The Bi’r Umq-Nakasib Shear Zone: Geology and Structure of a Neoproterozoic Suture in the Northern East African Orogen, Saudi Arabia and Sudan
Peter R. Johnson, Mohammed Abdelsalam, and Robert J. Stern
The Bi’r Umq-Nakasib shear zone, 5-65 km wide and more than 600 km long, is a belt of highly strained rocks in the Neoproterozoic of western Saudi Arabia and northeastern Sudan that has a unifying structural, geochronologic, and lithologic character and forms a through-going structure on either side of the Red Sea.
Dismembered ophiolites preserved in nappes that appear to root in the shear zone are evidence that the shear zone is the site of closure of an oceanic basin, and differences in ages, isotopic characteristics, and geologic relations indicate that the crustal units flanking the shear zone constitute separate tectonostratigraphic terranes.
The shear zone developed by progressive deformation involving crustal shortening and dextral shear indicative of oblique dextral transpression and represents a zone of high strain coincident with the site of collapse of an ocean basin.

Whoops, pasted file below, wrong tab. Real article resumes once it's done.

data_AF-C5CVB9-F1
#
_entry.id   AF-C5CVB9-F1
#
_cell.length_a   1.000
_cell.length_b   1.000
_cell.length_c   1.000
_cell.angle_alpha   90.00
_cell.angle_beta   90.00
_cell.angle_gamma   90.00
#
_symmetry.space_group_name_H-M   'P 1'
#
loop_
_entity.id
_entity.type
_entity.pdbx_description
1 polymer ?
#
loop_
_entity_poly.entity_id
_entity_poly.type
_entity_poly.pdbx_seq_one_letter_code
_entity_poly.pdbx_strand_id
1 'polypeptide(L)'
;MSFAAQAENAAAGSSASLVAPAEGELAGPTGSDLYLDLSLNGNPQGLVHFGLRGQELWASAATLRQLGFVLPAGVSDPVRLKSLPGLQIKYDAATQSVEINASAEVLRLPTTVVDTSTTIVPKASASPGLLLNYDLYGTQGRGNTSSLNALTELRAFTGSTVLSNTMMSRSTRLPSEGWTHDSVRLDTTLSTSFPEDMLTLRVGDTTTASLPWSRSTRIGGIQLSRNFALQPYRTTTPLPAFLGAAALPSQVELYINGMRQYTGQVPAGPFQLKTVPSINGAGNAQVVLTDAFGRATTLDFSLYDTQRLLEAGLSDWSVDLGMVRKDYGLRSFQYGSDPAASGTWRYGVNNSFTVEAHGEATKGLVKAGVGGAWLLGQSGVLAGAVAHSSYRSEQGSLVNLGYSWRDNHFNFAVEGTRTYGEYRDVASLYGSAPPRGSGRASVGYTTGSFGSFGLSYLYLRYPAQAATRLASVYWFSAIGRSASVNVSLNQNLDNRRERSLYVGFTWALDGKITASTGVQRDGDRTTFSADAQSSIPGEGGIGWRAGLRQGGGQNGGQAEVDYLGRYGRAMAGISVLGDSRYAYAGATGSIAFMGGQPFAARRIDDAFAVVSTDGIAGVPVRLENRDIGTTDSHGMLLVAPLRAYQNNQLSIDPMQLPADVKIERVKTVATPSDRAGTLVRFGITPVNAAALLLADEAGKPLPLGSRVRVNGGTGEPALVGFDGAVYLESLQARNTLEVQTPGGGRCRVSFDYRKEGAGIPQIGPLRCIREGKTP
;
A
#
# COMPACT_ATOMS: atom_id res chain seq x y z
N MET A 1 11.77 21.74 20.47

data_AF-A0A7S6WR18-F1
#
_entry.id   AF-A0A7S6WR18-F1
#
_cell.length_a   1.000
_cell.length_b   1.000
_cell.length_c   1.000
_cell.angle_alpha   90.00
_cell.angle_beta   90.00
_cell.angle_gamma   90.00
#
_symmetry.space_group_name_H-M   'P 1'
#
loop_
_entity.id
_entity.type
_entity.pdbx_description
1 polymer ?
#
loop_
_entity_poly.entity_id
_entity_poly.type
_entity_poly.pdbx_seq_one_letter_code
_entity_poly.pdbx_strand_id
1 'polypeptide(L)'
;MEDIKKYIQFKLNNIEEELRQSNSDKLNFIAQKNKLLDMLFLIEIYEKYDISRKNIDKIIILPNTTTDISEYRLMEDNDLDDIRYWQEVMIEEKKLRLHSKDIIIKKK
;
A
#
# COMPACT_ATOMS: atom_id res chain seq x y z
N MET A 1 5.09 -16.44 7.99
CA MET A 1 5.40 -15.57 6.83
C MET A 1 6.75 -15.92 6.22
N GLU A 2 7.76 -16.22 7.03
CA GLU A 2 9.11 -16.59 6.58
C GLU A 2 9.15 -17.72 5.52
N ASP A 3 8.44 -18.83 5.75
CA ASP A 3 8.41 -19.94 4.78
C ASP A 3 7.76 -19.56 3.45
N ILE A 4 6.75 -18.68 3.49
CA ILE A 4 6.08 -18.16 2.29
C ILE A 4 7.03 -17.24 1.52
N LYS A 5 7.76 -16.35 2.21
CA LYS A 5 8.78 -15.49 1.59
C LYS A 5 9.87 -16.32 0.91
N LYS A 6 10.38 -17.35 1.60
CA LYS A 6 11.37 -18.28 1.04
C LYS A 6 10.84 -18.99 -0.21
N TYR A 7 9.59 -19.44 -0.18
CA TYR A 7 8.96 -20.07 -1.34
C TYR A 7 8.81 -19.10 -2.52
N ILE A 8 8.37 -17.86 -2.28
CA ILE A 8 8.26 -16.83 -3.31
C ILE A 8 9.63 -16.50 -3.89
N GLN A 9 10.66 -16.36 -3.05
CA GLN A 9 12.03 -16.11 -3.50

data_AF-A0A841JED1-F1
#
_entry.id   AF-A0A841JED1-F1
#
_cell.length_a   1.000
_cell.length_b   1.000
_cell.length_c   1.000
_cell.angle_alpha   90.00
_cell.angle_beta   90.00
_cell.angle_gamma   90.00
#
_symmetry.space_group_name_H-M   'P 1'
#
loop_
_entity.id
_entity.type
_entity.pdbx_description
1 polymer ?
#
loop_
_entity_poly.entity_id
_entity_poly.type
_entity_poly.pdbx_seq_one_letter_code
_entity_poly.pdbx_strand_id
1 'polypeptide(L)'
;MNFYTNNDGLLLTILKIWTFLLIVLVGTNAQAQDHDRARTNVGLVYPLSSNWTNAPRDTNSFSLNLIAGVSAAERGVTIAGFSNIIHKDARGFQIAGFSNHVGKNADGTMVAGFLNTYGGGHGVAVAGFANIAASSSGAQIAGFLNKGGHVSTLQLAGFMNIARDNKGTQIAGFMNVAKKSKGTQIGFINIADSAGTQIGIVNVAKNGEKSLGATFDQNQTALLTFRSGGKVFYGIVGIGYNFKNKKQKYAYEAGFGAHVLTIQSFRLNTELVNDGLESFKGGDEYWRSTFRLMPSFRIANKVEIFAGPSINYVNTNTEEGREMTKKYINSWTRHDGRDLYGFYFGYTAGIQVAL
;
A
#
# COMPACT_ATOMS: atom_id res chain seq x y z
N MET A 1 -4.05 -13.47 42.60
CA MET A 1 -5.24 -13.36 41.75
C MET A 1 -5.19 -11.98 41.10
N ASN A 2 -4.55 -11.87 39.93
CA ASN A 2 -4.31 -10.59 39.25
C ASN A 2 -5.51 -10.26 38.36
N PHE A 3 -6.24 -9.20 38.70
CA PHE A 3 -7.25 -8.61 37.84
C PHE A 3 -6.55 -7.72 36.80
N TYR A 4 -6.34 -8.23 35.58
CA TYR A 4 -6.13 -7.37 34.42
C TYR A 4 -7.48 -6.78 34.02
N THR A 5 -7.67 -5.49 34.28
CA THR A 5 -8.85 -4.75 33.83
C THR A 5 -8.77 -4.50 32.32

By comparison with standard criteria, the shear zone is clearly a suture.
Available geochronology brackets shearing at 780-760 Ma and implies that the shear zone is the oldest known suture in the northern part of the East African orogen.
The shear zone is arguably one of the best-preserved Neoproterozoic sutures worldwide and provides unambiguous evidence of platetectonic processes in the Precambrian.
The Arabian and Sudanese segments of the suture constitute tie points for the Arabian and Nubian sectors of the East African orogen across the Cenozoic Red Sea, and the relative positions of the tie points are evidence that opening of the Red Sea involved mostly orthogonal divergence with less than 50 km offset parallel to the Red Sea axis. Johnson, P.R., Abdelsalam, M., and Stern, R.J., 2002, The Bi’r Umq-Nakasib Shear zone: Geology and structure of a Neoproterozoic suture in the northern East African Orogen, Saudi Arabia and Sudan: Saudi Geological Survey Technical Report SGS-TR-2002-1, 33 p., 13 figs., 1 table